CTS - Example 21

Discussion in 'Blackjack Tournament Strategy' started by BughouseMaster, Mar 29, 2020.

  1. BughouseMaster

    BughouseMaster Active Member

    One winner.
    Min 5
    Max 500

    We are BR1 and tied for the lead with BR2 with 540. BR3 has 290 and bets last while we bet 1st. Solution says: You are tied for the lead & BR3 has a chance. Bet the max.

    I don't quite understand going all-in here... even if BR3 wins his all-in max bet that he will prob bet, that brings him only to 580. If there were 4+ players instead of 3, sure I would prob agree with the all-in bet but I'm more inclined to bet either 5, taking the low on our tied BR1 competitor or 45 here, taking the high against BR3 (excluding a BJ). We can't protect against both people here! Also, probability of us losing is higher than winning, too. Thoughts?
  2. gronbog

    gronbog Top Member

    I would advise again betting the minimum with two opponents in the hunt. The rule of thumb is that, with 1 opponent challenging, take the low. With 2 or more, take the high.

    Betting 45 to cover BR3's win is an improvement but, if you do that then you might as well bet at least bet 190 to also cover his blackjack.

    Betting the maximum guarantees that you get the high, as per the rule of thumb above. There's no reason to bet any less that I can see. If you bet less than the max, then BR2 should probably take the high for the same reason we should have.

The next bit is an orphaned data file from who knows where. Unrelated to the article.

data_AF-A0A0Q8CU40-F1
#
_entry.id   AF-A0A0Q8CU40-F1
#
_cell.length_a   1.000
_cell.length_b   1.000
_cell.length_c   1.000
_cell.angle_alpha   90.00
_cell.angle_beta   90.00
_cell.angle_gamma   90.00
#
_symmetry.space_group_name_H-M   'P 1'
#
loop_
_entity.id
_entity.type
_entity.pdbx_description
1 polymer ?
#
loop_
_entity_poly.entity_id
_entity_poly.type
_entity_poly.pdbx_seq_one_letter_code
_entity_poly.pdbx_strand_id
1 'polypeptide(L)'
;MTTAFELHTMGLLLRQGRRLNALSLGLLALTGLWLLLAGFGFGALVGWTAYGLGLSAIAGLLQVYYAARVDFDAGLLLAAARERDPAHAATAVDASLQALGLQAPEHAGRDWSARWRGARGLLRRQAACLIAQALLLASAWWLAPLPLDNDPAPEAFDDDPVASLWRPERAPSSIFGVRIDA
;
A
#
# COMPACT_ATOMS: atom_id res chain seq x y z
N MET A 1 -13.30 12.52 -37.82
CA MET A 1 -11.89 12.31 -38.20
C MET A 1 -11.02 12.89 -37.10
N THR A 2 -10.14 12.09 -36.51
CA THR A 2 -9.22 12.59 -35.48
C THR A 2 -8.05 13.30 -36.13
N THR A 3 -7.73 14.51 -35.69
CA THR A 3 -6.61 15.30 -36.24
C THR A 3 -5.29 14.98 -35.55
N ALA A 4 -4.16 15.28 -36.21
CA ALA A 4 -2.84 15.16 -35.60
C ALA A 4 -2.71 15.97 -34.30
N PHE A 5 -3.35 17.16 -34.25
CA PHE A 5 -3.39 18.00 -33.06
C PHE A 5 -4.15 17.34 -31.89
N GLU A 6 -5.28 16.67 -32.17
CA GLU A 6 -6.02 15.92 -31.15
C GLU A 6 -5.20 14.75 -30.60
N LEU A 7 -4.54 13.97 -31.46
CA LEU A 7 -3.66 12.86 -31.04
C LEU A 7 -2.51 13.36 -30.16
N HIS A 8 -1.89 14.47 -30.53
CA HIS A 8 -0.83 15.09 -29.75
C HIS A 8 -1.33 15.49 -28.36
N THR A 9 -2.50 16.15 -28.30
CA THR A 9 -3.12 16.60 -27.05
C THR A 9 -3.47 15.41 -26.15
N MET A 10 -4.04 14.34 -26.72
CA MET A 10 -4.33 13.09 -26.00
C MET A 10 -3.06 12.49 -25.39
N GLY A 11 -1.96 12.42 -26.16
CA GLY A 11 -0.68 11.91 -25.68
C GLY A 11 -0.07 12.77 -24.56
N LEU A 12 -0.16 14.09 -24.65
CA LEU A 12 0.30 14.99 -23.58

3. BughouseMaster

    BughouseMaster Active Member

    When you say "2 opponents in the hunt," do you mean 2 total players ? I think thats what you mean but just wanted to clarify.

    What if there's 3+ people and we cannot take the high? Then forced to take the low yeah?
  4. KenSmith

    KenSmith Administrator Staff Member

    For me the choice is between 205 and 500 and my decision would likely be made based on my opponents. If I feel they are pretty competent, I’m betting $500.

    What should BR2 bet? In general, take what’s offered. If BR1 bets 205, I think BR2 should take the high by betting at least 415.

    If BR1 bets 500, BR2 can take first low with a bet of 205. But if BR3 seems like a novice who might not take first low even when available, it would be nice to be able to bet 255 instead as BR2. Against some opponents that would be my BR2 bet.

    In both cases I will rule out matching BR1’s bet because most tie breaking rules are either 1-hand or 5-hand playoffs, both of which would put BR2 on the button in the playoff.
    BughouseMaster likes this.
  5. gronbog

    gronbog Top Member

    No I mean two opponents meaning 3 total players.

    If you cannot take the high, then you're not in the lead or tied for it. In that case you're in a difficult position. Taking the first low would probably be the best you can do.
  6. S. Yama

    S. Yama Active Member

    I am quite rusty, so take my thoughts with a grain of salt.
    First, I think it would be helpful to not call two players BR1 but BR1a, BR1b, and BR3.
    Ken is right that the bet would depend on who the opponents are.
    From my experience, in situations like the one described, players have tendencies to bet max, regardless the specifics of bankrolls.
    Here comes the danger that if BR1a bets 500 - BR1b responds with the bet of 500 as well.
    BR3's chances of winning the table are above 32% - when both opponents (BR1a and BR1b) lose, or push/lose with BR3 bj, and (rarely) both push/lose double to BR3 win single or doubled bet.